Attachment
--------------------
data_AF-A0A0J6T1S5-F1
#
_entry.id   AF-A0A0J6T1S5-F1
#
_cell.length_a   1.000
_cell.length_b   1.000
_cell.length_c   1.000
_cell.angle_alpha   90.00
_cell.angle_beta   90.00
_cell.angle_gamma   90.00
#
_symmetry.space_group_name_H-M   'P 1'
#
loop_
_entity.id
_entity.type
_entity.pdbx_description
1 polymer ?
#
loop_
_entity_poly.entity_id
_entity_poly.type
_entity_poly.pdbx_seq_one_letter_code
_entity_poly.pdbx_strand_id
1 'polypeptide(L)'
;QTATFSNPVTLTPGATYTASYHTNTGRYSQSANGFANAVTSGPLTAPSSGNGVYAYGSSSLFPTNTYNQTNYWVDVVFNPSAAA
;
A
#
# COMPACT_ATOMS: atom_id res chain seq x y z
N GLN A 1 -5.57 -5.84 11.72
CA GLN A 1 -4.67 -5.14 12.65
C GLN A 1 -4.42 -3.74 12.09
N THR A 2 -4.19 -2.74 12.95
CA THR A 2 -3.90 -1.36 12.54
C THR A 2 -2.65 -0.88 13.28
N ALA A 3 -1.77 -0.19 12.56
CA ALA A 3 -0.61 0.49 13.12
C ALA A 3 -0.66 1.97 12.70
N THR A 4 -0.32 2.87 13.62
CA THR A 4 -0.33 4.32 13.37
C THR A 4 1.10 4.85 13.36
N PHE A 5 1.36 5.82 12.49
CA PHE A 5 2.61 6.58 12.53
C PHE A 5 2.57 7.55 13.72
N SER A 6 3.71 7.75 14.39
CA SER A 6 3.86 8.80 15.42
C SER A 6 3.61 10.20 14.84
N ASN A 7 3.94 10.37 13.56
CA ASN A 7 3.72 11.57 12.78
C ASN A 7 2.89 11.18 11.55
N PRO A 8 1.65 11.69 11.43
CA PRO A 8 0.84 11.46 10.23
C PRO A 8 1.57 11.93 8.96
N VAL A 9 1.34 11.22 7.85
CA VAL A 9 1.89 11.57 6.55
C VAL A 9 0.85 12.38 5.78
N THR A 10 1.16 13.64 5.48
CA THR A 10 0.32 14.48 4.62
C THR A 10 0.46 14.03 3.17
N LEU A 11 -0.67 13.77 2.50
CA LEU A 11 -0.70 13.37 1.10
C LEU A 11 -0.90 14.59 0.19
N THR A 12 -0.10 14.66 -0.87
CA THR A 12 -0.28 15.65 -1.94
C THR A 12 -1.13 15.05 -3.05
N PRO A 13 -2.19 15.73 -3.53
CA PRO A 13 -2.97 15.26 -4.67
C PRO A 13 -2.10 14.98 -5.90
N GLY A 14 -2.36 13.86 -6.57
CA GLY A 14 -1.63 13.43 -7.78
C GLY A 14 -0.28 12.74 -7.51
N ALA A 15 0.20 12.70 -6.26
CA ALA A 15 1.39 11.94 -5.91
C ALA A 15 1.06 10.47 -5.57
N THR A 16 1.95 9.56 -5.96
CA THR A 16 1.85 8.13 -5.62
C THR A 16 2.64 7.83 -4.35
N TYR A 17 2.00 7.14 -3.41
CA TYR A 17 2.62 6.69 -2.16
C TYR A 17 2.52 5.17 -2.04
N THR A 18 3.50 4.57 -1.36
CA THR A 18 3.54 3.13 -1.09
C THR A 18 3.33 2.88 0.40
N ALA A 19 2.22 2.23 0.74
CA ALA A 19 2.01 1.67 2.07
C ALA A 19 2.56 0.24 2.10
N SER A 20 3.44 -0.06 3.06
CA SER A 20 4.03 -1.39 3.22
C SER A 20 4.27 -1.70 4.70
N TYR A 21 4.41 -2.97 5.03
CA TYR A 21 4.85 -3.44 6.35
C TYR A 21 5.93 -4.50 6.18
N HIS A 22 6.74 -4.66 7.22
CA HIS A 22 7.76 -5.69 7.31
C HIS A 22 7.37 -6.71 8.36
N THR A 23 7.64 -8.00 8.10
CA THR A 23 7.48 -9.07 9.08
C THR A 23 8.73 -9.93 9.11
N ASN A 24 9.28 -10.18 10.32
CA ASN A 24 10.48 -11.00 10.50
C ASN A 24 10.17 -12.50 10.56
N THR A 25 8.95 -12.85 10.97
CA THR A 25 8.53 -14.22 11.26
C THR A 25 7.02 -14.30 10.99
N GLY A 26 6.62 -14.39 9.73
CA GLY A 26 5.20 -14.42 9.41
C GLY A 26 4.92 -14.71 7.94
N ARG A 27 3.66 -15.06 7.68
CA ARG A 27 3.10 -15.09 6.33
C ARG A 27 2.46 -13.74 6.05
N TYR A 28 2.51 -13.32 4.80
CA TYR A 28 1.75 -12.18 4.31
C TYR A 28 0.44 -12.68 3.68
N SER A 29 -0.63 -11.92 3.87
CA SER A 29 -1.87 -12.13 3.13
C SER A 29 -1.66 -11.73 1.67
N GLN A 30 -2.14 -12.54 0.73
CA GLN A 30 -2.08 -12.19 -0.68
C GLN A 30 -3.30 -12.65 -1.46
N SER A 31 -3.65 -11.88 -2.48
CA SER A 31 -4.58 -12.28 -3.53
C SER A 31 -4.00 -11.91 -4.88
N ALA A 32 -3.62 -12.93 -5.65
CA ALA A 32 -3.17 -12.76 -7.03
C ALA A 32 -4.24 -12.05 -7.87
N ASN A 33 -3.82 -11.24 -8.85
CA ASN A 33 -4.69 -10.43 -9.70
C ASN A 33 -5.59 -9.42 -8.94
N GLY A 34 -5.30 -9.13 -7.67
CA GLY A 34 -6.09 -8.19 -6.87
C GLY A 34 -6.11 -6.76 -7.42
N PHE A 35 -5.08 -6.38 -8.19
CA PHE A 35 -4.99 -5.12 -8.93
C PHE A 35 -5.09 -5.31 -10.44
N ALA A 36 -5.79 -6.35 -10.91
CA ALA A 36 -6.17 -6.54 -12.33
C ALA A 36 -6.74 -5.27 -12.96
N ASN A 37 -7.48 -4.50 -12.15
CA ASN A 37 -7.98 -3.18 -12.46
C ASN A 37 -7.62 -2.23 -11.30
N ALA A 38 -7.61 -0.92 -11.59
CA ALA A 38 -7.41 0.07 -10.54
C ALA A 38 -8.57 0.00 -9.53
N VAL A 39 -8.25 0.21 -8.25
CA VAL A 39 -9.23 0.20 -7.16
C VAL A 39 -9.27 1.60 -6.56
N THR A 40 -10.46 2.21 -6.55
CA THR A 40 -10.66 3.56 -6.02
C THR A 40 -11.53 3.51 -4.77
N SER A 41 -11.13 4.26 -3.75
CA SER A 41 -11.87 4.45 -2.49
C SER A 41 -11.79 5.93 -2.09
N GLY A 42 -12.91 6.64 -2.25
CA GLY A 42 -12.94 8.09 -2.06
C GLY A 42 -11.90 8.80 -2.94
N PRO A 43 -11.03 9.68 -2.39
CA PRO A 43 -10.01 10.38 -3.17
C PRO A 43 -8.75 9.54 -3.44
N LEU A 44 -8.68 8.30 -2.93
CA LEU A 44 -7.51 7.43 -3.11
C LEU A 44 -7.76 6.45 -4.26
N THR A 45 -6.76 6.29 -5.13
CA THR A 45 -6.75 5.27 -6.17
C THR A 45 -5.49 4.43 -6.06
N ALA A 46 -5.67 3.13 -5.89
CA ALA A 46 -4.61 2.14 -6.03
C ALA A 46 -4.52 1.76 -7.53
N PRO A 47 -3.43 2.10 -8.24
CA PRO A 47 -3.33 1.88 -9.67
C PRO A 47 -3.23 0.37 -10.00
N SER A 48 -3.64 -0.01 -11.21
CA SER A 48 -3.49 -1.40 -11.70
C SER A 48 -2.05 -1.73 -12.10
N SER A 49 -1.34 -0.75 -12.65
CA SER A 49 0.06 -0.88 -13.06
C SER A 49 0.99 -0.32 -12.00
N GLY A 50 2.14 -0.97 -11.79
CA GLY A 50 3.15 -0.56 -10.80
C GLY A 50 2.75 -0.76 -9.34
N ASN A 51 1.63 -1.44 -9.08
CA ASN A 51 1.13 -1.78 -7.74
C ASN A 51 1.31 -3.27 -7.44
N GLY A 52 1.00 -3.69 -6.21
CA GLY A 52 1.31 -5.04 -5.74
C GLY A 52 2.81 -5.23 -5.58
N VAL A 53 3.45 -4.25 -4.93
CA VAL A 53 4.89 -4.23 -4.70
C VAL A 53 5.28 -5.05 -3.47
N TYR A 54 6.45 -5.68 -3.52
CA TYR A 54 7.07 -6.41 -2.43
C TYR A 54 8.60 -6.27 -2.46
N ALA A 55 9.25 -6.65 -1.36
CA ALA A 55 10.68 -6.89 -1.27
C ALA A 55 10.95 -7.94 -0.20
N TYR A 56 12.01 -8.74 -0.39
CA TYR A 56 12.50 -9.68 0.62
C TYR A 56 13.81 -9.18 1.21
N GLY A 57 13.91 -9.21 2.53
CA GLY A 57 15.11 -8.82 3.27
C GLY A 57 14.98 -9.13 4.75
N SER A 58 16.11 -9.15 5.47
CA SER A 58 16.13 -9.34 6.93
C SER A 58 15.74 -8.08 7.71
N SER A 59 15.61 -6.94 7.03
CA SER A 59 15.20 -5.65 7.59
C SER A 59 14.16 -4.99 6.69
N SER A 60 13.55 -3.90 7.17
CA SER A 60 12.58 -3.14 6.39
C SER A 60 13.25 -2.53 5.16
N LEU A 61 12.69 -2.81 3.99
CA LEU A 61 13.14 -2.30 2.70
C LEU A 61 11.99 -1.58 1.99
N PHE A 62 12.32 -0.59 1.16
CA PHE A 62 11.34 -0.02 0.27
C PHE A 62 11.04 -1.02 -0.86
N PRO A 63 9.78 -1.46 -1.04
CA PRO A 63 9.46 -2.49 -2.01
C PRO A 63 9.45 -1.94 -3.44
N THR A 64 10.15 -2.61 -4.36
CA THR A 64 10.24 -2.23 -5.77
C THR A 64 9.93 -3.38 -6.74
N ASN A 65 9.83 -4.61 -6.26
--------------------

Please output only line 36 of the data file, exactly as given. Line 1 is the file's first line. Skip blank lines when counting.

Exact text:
C THR A 2 -2.65 -0.88 13.28